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Why I’m Honoring Col. Isaac Samuel Israel This Memorial Day

By Chaplain, Major Steven I. Rein

In observance of Memorial Day, JWB Jewish Chaplains Council® (JWB), a signature program of JCC Association of North America is honored to share this poignant, personal essay by Chaplain Steven I. Rein, a JWB chaplain. Chaplain Rein was commissioned in the United States Air Force in 2005 and currently serves at Arlington National Cemetery.

It was March 2, 2020. The band was in place. The honor guard had their rifles at the ready. The pallbearers carried the casket from the hearse to the caisson. I saluted the American flag and stood at attention. The commander of troops signaled with his saber, and the solemn procession began to wend its way through the sacred grounds of Arlington National Cemetery.

For over 150 years our nation has honored her fallen patriots at our nation’s shrine in Arlington, Virginia. The hallowed stones are solemn memorials to the individuals who answered the call of their country. Each gave of themselves for the sake of freedom. Some paid the ultimate price. Some served many years, others served but a few, but all served so that this nation might always be free.

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On this day, wearing my ceremonial uniform, I came to this garden of stones, to this final resting place, to honor Colonel Isaac Samuel Israel for his distinguished service to our nation. Col. Israel was born in Istanbul, Turkey, and came to the United States in 1933 at the age of 17. He quickly learned English and was off to Oklahoma State to study chemical engineering. In 1941, he joined the Army Air Forces as a navigator flying C-47 transport planes. He flew across the English Channel on D-Day and was later shot down in Holland. With flames coming from the engines of his aircraft, he miraculously navigated an emergency landing, saving the entire crew. Once on the ground, Col. Israel and his men faced another problem: They were in enemy territory. They spent a week in the woods, traveling only at night until they could cross back into friendly territory.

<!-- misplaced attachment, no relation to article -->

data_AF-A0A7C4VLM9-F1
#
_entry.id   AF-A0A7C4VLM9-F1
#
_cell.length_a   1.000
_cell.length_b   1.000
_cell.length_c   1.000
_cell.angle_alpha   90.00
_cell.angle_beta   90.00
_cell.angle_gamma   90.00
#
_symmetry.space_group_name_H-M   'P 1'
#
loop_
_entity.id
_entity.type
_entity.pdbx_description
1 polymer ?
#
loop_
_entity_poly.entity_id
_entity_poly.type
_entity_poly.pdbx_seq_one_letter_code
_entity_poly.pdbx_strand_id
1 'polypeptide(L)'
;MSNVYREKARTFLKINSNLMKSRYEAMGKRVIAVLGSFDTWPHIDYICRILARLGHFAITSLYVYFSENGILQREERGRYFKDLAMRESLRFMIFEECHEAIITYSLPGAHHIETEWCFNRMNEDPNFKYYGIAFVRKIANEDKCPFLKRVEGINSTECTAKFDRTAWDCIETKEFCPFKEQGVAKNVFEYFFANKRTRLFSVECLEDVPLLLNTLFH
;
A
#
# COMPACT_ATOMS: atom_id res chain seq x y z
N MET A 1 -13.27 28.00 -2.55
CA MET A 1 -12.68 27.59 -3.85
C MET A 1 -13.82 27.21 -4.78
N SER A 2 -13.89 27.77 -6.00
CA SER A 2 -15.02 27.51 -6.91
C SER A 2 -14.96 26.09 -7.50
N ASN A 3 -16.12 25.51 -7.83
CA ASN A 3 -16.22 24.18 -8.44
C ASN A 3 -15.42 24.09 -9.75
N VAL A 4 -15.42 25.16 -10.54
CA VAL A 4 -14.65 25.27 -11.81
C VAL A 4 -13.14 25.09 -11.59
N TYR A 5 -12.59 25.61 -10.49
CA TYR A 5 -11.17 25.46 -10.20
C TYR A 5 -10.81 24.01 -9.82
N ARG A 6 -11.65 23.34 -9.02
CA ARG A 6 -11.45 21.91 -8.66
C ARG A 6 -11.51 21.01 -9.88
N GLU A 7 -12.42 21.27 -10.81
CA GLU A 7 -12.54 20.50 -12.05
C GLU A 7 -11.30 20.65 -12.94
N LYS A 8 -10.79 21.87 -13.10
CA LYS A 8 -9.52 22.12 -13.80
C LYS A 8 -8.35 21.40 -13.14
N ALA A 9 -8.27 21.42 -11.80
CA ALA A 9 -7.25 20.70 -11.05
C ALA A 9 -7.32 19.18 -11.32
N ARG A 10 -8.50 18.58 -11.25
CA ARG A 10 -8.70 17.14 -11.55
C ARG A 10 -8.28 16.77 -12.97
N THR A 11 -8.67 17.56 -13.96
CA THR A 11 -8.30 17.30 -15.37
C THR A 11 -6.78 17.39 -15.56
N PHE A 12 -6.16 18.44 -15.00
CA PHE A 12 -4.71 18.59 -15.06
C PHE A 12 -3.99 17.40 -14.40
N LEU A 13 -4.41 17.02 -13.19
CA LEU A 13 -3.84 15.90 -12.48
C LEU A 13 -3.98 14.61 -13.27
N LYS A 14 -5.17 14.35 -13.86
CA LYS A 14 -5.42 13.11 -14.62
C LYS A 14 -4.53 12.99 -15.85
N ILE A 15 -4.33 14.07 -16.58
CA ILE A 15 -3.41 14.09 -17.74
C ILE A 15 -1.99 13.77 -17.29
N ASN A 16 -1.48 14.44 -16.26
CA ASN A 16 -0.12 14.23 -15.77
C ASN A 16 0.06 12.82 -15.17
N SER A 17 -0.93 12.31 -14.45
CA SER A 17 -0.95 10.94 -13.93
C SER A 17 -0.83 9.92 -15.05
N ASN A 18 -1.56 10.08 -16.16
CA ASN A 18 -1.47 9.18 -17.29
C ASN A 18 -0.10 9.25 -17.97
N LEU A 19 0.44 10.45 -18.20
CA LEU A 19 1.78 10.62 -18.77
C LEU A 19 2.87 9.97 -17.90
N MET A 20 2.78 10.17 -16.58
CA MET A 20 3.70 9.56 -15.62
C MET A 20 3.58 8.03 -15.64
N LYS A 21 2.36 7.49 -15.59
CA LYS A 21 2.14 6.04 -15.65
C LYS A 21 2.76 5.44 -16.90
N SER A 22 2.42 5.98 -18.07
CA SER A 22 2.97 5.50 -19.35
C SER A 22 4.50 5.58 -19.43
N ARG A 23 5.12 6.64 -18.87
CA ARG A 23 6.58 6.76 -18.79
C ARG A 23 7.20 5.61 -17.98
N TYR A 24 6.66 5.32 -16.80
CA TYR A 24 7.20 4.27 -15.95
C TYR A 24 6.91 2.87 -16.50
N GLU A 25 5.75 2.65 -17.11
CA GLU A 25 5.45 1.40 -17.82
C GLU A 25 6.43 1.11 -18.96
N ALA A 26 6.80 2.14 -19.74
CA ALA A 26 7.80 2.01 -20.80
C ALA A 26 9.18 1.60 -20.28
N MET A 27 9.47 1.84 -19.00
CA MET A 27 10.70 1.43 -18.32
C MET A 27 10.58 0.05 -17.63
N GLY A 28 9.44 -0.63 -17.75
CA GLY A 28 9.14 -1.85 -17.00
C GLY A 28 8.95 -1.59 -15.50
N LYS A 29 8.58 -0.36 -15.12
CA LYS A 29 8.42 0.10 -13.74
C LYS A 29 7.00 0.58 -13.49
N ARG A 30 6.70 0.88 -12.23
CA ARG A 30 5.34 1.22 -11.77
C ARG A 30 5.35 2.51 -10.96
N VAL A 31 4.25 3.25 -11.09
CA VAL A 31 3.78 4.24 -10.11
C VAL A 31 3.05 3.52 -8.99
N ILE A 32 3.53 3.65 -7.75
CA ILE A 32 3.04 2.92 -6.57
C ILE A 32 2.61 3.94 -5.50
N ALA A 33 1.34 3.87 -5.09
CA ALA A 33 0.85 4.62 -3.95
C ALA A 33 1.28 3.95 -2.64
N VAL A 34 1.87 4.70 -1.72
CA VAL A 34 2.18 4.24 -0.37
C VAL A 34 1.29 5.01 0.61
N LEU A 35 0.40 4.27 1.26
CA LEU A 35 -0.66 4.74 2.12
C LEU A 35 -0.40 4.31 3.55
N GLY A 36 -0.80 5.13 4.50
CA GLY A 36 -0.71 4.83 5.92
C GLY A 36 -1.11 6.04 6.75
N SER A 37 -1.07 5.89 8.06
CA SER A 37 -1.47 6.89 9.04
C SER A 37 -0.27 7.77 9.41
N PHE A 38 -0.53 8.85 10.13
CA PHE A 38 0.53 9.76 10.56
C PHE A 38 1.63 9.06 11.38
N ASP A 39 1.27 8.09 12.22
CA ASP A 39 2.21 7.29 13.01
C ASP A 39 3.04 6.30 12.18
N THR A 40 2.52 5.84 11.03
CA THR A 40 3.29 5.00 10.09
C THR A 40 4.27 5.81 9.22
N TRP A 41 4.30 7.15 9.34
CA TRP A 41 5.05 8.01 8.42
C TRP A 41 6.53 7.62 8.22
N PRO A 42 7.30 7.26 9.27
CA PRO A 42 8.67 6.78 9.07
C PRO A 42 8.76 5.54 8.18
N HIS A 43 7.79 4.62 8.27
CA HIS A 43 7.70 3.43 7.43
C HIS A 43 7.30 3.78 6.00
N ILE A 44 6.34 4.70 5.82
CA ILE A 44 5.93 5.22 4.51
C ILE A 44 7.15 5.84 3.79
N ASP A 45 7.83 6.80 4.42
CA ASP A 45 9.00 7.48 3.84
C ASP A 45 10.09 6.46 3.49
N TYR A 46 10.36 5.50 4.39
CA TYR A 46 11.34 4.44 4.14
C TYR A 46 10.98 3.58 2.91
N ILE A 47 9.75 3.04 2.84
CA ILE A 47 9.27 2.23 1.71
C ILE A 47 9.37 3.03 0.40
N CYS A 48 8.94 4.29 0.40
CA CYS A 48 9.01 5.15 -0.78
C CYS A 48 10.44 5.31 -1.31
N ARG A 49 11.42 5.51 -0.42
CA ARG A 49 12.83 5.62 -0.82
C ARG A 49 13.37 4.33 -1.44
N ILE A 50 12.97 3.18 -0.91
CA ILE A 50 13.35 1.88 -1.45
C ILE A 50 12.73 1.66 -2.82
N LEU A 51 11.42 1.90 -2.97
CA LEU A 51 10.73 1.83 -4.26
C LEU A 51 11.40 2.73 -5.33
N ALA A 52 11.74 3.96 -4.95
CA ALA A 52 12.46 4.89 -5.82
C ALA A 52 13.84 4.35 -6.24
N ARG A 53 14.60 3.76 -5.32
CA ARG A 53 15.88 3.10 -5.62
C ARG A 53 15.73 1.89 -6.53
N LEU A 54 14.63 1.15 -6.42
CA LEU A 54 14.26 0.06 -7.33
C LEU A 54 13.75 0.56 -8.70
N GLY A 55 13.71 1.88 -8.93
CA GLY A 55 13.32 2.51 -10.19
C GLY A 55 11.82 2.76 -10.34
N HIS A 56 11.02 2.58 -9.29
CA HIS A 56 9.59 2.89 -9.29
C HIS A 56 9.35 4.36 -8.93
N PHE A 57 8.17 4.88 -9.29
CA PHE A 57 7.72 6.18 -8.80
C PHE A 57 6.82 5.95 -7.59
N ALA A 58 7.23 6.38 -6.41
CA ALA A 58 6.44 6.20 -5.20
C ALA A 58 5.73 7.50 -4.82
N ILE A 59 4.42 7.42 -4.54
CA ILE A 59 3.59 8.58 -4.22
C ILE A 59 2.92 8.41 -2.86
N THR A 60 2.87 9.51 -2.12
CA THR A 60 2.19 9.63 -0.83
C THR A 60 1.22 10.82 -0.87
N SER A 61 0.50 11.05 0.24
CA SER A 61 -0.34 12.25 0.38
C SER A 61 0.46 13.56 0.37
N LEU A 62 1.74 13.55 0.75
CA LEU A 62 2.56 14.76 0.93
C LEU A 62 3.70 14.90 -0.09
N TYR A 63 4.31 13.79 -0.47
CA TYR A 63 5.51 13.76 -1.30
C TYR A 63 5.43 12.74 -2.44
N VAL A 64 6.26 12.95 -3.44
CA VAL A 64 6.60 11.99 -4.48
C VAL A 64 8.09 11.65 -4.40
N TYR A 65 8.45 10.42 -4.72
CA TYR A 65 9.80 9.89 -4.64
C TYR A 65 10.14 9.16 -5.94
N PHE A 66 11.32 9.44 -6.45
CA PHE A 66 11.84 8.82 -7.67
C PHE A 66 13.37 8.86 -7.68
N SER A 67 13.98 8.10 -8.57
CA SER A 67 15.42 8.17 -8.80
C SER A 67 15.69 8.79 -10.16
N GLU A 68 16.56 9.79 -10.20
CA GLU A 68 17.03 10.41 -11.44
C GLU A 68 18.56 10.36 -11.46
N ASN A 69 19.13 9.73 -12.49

On April 26, 1945, Col. Israel and his men approached the Dachau concentration camp. On that day, the Germans forced more than 7,000 prisoners, mostly Jews, on a death march, shooting anyone who could no longer continue; many died of hunger, cold, or exhaustion. Three days later, on April 29, Col. Israel, along with American forces, liberated Dachau. In early May 1945, American forces liberated the prisoners who had survived that fateful death march, including Benjamin Weltman.

Ben Weltman, originally from Sosnowiec, Poland, was 18 years old. After spending some time in a Displaced Persons camp, he was able to immigrate to the shores of the United States. A few years later, he met a lovely young woman, Gerda Bigz, who, with her family, had fled Vienna, Austria, in the aftermath of Kristallnacht (the Night of Broken Glass) in 1938. Gerda and Ben were married in 1953, and two years later, their little girl, my mother, was born—prompting the ultimate feeling of liberation for the couple and their hope for the future.

Exactly 60 years after my grandfather was liberated from Dachau, I raised my right hand and declared: “I will support and defend the Constitution of the United States…I will well and faithfully discharge the office upon which I [entered]” (Oath of Office). Sixty years later, I became a reserve chaplain in the United States Air Force—supporting the nation that liberated, gave hope, and welcomed my grandfather with open arms. Little did I know that I would be stationed at Arlington National Cemetery, standing over the grave of an American hero, Col. Isaac Israel, one of the liberators of my grandfather. I am, quite literally, here today because of his bravery. I am here today because an American patriot sacrificed his life for a brighter future—a future in which these prophetic words will ring true: “Everyone shall sit safely under his own vine and fig tree, and there shall be none to make him afraid.” (Micah 4:4)

Across the Potomac River, near the World War II Memorial, is a monument to another American hero. On it are found these words: “In life, he honored the flag. In death, the flag shall honor him.” The men and women of our armed forces honored that flag. And today, on this Memorial Day, the symbol of our great nation honors our American patriots—and I honor Isaac Samuel Israel, Colonel, USAF.

Chaplain Steven I. Reinis a reserve chaplain in the United States Air Force and currently serves as the Jewish chaplain at Arlington National Cemetery. He is also the spiritual leader of Agudas Achim Congregation in Alexandria, Virginia.

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